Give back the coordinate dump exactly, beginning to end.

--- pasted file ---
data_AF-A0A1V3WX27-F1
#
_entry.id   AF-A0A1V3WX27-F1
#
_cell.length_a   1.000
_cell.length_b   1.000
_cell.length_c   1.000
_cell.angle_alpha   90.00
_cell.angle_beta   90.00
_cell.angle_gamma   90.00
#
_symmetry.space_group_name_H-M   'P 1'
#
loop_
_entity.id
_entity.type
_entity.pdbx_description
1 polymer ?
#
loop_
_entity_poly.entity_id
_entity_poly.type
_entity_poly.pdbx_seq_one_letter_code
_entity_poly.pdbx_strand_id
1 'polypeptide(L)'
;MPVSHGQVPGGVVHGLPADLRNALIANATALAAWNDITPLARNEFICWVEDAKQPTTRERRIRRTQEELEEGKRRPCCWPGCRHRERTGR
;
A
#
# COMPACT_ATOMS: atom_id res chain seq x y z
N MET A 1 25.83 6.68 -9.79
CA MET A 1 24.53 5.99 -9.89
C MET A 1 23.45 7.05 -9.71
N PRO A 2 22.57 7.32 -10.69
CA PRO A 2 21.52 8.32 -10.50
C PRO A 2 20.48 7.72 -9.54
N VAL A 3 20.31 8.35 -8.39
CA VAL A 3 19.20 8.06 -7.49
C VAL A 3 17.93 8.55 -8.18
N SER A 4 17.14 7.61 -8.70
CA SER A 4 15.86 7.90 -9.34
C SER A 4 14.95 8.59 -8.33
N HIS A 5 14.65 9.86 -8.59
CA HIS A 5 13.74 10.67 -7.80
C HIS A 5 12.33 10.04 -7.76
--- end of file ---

data_AF-A0A1V3WX27-F1
#
_entry.id   AF-A0A1V3WX27-F1
#
_cell.length_a   1.000
_cell.length_b   1.000
_cell.length_c   1.000
_cell.angle_alpha   90.00
_cell.angle_beta   90.00
_cell.angle_gamma   90.00
#
_symmetry.space_group_name_H-M   'P 1'
#
loop_
_entity.id
_entity.type
_entity.pdbx_description
1 polymer ?
#
loop_
_entity_poly.entity_id
_entity_poly.type
_entity_poly.pdbx_seq_one_letter_code
_entity_poly.pdbx_strand_id
1 'polypeptide(L)'
;MPVSHGQVPGGVVHGLPADLRNALIANATALAAWNDITPLARNEFICWVEDAKQPTTRERRIRRTQEELEEGKRRPCCWPGCRHRERTGR
;
A
#
# COMPACT_ATOMS: atom_id res chain seq x y z
N MET A 1 25.83 6.68 -9.79
CA MET A 1 24.53 5.99 -9.89
C MET A 1 23.45 7.05 -9.71
N PRO A 2 22.57 7.32 -10.69
CA PRO A 2 21.52 8.32 -10.50
C PRO A 2 20.48 7.72 -9.54
N VAL A 3 20.31 8.35 -8.39
CA VAL A 3 19.20 8.06 -7.49
C VAL A 3 17.93 8.55 -8.18
N SER A 4 17.14 7.61 -8.70
CA SER A 4 15.86 7.90 -9.34
C SER A 4 14.95 8.59 -8.33
N HIS A 5 14.65 9.86 -8.59
CA HIS A 5 13.74 10.67 -7.80
C HIS A 5 12.33 10.04 -7.76